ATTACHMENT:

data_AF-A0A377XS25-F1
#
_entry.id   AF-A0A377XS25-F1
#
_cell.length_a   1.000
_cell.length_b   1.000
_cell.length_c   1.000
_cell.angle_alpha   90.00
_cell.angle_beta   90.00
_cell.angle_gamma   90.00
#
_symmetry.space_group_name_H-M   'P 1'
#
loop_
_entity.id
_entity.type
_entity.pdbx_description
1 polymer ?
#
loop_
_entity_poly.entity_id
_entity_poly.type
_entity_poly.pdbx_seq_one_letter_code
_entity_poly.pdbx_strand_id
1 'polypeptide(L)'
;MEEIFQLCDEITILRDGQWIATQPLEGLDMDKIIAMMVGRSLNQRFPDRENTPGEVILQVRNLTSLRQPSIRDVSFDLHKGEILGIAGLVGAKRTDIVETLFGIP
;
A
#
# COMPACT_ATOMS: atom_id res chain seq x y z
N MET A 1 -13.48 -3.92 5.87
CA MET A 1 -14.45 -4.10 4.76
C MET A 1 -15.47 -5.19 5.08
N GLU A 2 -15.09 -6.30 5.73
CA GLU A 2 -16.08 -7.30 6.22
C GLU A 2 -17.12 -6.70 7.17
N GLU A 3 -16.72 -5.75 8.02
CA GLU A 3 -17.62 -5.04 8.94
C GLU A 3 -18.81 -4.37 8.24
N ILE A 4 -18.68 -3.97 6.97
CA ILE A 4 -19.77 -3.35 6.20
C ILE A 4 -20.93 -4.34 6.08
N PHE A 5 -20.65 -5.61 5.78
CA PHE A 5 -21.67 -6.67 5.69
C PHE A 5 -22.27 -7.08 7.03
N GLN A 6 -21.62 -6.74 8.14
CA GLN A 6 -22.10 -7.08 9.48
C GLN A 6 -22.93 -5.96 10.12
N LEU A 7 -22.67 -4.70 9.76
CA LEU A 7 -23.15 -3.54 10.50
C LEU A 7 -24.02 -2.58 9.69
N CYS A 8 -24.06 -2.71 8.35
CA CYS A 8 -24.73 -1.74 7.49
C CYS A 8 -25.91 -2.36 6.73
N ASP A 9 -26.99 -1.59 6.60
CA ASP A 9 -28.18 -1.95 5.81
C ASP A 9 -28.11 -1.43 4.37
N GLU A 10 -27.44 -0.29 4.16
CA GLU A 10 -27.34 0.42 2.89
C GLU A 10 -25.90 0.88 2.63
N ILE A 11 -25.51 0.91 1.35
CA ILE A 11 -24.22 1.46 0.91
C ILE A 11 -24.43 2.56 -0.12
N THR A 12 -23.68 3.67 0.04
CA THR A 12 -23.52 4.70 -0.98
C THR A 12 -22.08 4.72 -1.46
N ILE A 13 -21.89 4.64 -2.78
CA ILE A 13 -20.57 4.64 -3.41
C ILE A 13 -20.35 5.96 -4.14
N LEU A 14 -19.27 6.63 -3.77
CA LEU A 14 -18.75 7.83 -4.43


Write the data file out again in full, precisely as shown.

data_AF-A0A377XS25-F1
#
_entry.id   AF-A0A377XS25-F1
#
_cell.length_a   1.000
_cell.length_b   1.000
_cell.length_c   1.000
_cell.angle_alpha   90.00
_cell.angle_beta   90.00
_cell.angle_gamma   90.00
#
_symmetry.space_group_name_H-M   'P 1'
#
loop_
_entity.id
_entity.type
_entity.pdbx_description
1 polymer ?
#
loop_
_entity_poly.entity_id
_entity_poly.type
_entity_poly.pdbx_seq_one_letter_code
_entity_poly.pdbx_strand_id
1 'polypeptide(L)'
;MEEIFQLCDEITILRDGQWIATQPLEGLDMDKIIAMMVGRSLNQRFPDRENTPGEVILQVRNLTSLRQPSIRDVSFDLHKGEILGIAGLVGAKRTDIVETLFGIP
;
A
#
# COMPACT_ATOMS: atom_id res chain seq x y z
N MET A 1 -13.48 -3.92 5.87
CA MET A 1 -14.45 -4.10 4.76
C MET A 1 -15.47 -5.19 5.08
N GLU A 2 -15.09 -6.30 5.73
CA GLU A 2 -16.08 -7.30 6.22
C GLU A 2 -17.12 -6.70 7.17
N GLU A 3 -16.72 -5.75 8.02
CA GLU A 3 -17.62 -5.04 8.94
C GLU A 3 -18.81 -4.37 8.24
N ILE A 4 -18.68 -3.97 6.97
CA ILE A 4 -19.77 -3.35 6.20
C ILE A 4 -20.93 -4.34 6.08
N PHE A 5 -20.65 -5.61 5.78
CA PHE A 5 -21.67 -6.67 5.69
C PHE A 5 -22.27 -7.08 7.03
N GLN A 6 -21.62 -6.74 8.14
CA GLN A 6 -22.10 -7.08 9.48
C GLN A 6 -22.93 -5.96 10.12
N LEU A 7 -22.67 -4.70 9.76
CA LEU A 7 -23.15 -3.54 10.50
C LEU A 7 -24.02 -2.58 9.69
N CYS A 8 -24.06 -2.71 8.35
CA CYS A 8 -24.73 -1.74 7.49
C CYS A 8 -25.91 -2.36 6.73
N ASP A 9 -26.99 -1.59 6.60
CA ASP A 9 -28.18 -1.95 5.81
C ASP A 9 -28.11 -1.43 4.37
N GLU A 10 -27.44 -0.29 4.16
CA GLU A 10 -27.34 0.42 2.89
C GLU A 10 -25.90 0.88 2.63
N ILE A 11 -25.51 0.91 1.35
CA ILE A 11 -24.22 1.46 0.91
C ILE A 11 -24.43 2.56 -0.12
N THR A 12 -23.68 3.67 0.04
CA THR A 12 -23.52 4.70 -0.98
C THR A 12 -22.08 4.72 -1.46
N ILE A 13 -21.89 4.64 -2.78
CA ILE A 13 -20.57 4.64 -3.41
C ILE A 13 -20.35 5.96 -4.14
N LEU A 14 -19.27 6.63 -3.77
CA LEU A 14 -18.75 7.83 -4.43